Creating a home: Then & Now
We think a lot about personal, interior spaces here at Wildflower. We daily strive to create homes from houses, to create refuge in the midst of mere walls and roofs. We can't help but be fascinated by the interiors that humans have crafted over the years, ruminating on how much a home can speak of a person's life and how much those places can evolve over the years.
"...[At home], looking out of the hall window on to the garden and the gathering darkness, we can slowly resume contact with a more authentic self, who was there waiting in the wings for us to end our performance. Our submerged playful sides will derive encouragement from the painted flowers on either side of the door. The value of gentleness will be confirmed by the delicate folds of the curtains. Our interest in a modest, tender-hearted kind of happiness will be fostered by the unpretentious raw wooden floor boards. The materials around us will speak to us of the highest hopes we have for ourselves. In this setting, we can come close to a state of mind marked by integrity and vitality. We can feel inwardly liberated. We can, in a profound sense, return home."
|all vintage photos via shorpy / all current photos via the selby|
But what is it about our spaces that we so deeply feel the need to modify? The family above hangs their Dobro on the wall; the couple below strings paper flowers over the window. Why do we need to define ourselves through our space, to create a separate world that few will experience with us?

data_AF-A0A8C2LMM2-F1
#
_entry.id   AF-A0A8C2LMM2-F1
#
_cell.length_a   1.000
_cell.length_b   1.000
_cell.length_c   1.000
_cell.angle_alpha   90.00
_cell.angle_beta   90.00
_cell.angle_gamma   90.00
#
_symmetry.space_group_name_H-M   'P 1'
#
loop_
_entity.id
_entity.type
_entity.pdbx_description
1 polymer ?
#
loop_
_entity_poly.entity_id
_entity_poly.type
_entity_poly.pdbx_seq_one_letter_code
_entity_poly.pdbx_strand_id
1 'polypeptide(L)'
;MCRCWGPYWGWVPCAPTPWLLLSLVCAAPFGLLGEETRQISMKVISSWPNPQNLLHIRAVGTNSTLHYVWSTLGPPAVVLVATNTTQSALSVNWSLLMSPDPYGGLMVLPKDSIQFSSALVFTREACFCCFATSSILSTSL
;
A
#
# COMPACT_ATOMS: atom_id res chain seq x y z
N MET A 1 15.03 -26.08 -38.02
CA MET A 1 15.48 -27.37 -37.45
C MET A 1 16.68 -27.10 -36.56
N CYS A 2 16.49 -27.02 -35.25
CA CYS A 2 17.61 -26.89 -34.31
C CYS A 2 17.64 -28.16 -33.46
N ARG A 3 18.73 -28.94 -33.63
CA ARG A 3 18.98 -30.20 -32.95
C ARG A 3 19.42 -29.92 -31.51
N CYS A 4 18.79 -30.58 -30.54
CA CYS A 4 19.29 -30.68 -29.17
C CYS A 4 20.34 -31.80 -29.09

Alain de Botton, a Swiss writer and philosopher, offers some explanation in his article, The Idea of Home:
"We depend on our surroundings obliquely to embody the moods and ideas we respect and then to remind us of them. We look to our buildings to hold us, like a kind of psychological mould, to a helpful vision of ourselves."
"What we call a home is merely any place that succeeds in making more consistently available to us the important truths which the wider world ignores, or which our distracted and irresolute selves have trouble holding on to."
Perhaps we create space, like de Botton says, to reflect some part of ourselves to the wider world. Perhaps we build rooms to remind us of our best qualities. Maybe our homes function as an escape from the rest of our daily lives. Whatever your reason for creating your perfect space, at Wildflower, we completely understand.